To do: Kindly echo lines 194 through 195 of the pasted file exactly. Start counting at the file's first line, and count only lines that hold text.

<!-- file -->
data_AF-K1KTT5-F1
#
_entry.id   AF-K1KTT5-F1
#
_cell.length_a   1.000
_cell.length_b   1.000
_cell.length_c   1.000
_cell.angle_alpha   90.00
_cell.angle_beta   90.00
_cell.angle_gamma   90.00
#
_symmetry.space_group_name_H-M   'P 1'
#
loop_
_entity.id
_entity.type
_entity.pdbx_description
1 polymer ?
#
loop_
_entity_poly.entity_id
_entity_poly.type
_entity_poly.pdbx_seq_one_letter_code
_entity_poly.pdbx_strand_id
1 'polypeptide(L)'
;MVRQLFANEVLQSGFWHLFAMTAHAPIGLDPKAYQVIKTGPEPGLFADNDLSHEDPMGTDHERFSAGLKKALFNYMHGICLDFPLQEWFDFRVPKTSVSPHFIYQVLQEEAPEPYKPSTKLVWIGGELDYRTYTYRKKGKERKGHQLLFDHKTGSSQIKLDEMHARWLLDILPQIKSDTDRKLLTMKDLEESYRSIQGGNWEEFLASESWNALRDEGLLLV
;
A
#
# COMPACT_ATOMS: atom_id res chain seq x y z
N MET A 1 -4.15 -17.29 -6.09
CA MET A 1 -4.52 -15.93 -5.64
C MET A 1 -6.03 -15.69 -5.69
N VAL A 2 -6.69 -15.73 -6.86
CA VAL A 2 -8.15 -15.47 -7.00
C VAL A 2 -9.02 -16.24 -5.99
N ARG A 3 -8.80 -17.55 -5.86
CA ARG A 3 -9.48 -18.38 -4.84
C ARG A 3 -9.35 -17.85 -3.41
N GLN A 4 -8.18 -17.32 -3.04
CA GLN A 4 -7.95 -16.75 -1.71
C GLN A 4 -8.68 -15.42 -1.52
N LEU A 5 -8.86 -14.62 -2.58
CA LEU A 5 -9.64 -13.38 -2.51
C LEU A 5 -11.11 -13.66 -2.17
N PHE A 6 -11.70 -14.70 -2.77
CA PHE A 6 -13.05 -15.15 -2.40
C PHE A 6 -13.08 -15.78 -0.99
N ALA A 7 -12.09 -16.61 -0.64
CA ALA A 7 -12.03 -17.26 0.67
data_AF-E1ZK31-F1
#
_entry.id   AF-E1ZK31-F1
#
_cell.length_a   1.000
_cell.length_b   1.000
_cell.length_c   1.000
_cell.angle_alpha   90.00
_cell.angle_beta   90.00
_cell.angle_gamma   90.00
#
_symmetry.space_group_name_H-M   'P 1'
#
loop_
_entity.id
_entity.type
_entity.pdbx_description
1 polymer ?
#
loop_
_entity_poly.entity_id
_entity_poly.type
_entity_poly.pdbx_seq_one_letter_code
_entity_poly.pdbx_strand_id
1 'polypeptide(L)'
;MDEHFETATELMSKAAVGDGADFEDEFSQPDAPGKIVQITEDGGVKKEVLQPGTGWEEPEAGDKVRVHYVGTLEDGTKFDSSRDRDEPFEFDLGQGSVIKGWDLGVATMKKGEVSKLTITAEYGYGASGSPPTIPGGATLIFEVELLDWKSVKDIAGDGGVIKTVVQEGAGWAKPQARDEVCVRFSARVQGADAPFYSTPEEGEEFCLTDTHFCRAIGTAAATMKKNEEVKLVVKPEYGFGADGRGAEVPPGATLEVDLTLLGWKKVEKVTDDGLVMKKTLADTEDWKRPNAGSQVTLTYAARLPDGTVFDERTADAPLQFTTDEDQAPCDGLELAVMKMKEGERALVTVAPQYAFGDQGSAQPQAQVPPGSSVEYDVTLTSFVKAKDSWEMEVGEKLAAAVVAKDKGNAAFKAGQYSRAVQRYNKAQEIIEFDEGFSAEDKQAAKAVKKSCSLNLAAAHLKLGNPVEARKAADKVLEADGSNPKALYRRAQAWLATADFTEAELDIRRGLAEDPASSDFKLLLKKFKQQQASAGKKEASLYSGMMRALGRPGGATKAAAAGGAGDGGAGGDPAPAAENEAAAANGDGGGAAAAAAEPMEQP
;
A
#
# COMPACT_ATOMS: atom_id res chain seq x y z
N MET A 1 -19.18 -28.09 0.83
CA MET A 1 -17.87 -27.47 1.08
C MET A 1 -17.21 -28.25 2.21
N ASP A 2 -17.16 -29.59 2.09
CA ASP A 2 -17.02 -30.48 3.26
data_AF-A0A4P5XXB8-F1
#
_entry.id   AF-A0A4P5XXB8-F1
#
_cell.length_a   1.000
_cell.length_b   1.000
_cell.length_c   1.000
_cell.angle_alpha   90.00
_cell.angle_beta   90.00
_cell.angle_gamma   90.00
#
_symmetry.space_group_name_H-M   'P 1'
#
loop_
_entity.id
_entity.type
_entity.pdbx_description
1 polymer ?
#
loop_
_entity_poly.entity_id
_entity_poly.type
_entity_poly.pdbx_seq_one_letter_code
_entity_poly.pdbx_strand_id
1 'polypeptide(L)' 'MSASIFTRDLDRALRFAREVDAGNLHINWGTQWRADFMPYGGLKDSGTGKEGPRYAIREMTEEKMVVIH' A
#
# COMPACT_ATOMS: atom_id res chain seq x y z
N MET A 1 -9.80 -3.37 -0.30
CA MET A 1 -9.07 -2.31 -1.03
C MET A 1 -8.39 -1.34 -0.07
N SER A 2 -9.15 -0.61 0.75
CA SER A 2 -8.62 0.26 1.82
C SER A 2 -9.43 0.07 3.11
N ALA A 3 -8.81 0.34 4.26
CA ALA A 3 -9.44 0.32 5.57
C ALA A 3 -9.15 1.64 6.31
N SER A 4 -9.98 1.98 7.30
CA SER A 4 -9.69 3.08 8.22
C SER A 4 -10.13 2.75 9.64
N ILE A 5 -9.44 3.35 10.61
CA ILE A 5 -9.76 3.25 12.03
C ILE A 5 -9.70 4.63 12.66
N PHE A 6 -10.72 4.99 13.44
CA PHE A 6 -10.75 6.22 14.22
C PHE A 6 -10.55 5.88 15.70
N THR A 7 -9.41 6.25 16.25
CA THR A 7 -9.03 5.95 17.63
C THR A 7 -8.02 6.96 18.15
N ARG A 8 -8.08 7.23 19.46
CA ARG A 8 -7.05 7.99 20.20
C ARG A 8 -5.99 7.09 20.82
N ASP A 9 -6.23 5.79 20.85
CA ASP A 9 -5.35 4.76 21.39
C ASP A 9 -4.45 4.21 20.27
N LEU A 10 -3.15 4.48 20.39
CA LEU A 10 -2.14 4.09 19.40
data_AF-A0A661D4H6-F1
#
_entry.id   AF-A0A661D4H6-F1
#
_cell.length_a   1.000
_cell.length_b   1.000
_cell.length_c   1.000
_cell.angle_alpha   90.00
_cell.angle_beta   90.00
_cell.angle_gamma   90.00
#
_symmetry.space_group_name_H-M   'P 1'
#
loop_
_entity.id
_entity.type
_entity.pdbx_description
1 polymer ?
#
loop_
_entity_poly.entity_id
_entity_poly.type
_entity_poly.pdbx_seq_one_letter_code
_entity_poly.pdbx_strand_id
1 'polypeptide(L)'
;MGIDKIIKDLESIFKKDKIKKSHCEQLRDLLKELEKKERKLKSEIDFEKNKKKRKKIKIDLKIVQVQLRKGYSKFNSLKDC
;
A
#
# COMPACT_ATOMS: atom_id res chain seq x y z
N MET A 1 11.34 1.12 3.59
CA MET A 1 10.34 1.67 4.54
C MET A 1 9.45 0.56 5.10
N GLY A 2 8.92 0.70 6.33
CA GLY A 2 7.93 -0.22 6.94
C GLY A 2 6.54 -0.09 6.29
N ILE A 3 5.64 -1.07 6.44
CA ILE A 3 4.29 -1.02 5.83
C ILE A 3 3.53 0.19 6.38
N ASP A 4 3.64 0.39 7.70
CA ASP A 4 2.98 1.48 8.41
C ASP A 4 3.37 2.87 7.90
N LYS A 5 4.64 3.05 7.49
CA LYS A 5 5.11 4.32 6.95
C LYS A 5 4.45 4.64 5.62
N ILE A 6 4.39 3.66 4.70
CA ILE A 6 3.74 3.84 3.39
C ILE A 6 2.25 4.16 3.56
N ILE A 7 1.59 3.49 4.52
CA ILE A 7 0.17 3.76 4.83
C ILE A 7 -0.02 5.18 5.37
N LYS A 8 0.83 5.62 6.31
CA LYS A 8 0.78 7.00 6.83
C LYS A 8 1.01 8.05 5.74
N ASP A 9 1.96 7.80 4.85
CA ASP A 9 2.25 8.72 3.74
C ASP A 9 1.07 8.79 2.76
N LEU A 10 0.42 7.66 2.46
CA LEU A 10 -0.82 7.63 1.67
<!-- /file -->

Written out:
CA LYS A 8 0.78 7.00 6.83
C LYS A 8 1.01 8.05 5.74